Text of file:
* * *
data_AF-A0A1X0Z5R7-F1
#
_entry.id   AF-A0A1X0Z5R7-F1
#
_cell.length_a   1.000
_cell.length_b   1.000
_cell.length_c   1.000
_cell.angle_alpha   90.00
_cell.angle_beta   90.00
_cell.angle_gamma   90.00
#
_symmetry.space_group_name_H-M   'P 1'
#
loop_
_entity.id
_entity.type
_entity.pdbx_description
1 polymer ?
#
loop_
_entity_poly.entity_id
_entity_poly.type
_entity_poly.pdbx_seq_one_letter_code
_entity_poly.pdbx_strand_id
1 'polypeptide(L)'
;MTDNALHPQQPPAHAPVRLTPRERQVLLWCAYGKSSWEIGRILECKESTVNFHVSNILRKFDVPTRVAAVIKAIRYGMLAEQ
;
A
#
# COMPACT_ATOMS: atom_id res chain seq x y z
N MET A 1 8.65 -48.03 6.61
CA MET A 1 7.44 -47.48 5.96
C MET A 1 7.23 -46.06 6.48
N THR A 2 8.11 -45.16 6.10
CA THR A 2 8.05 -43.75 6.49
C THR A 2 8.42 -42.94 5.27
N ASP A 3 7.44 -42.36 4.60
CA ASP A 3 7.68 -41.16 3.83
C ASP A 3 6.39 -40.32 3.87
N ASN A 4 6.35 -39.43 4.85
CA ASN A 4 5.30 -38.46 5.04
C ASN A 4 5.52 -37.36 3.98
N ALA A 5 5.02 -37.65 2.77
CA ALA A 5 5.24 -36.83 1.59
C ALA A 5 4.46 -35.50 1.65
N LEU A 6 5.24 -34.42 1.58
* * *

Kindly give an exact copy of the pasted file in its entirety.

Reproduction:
data_AF-A0A1X0Z5R7-F1
#
_entry.id   AF-A0A1X0Z5R7-F1
#
_cell.length_a   1.000
_cell.length_b   1.000
_cell.length_c   1.000
_cell.angle_alpha   90.00
_cell.angle_beta   90.00
_cell.angle_gamma   90.00
#
_symmetry.space_group_name_H-M   'P 1'
#
loop_
_entity.id
_entity.type
_entity.pdbx_description
1 polymer ?
#
loop_
_entity_poly.entity_id
_entity_poly.type
_entity_poly.pdbx_seq_one_letter_code
_entity_poly.pdbx_strand_id
1 'polypeptide(L)'
;MTDNALHPQQPPAHAPVRLTPRERQVLLWCAYGKSSWEIGRILECKESTVNFHVSNILRKFDVPTRVAAVIKAIRYGMLAEQ
;
A
#
# COMPACT_ATOMS: atom_id res chain seq x y z
N MET A 1 8.65 -48.03 6.61
CA MET A 1 7.44 -47.48 5.96
C MET A 1 7.23 -46.06 6.48
N THR A 2 8.11 -45.16 6.10
CA THR A 2 8.05 -43.75 6.49
C THR A 2 8.42 -42.94 5.27
N ASP A 3 7.44 -42.36 4.60
CA ASP A 3 7.68 -41.16 3.83
C ASP A 3 6.39 -40.32 3.87
N ASN A 4 6.35 -39.43 4.85
CA ASN A 4 5.30 -38.46 5.04
C ASN A 4 5.52 -37.36 3.98
N ALA A 5 5.02 -37.65 2.77
CA ALA A 5 5.24 -36.83 1.59
C ALA A 5 4.46 -35.50 1.65
N LEU A 6 5.24 -34.42 1.58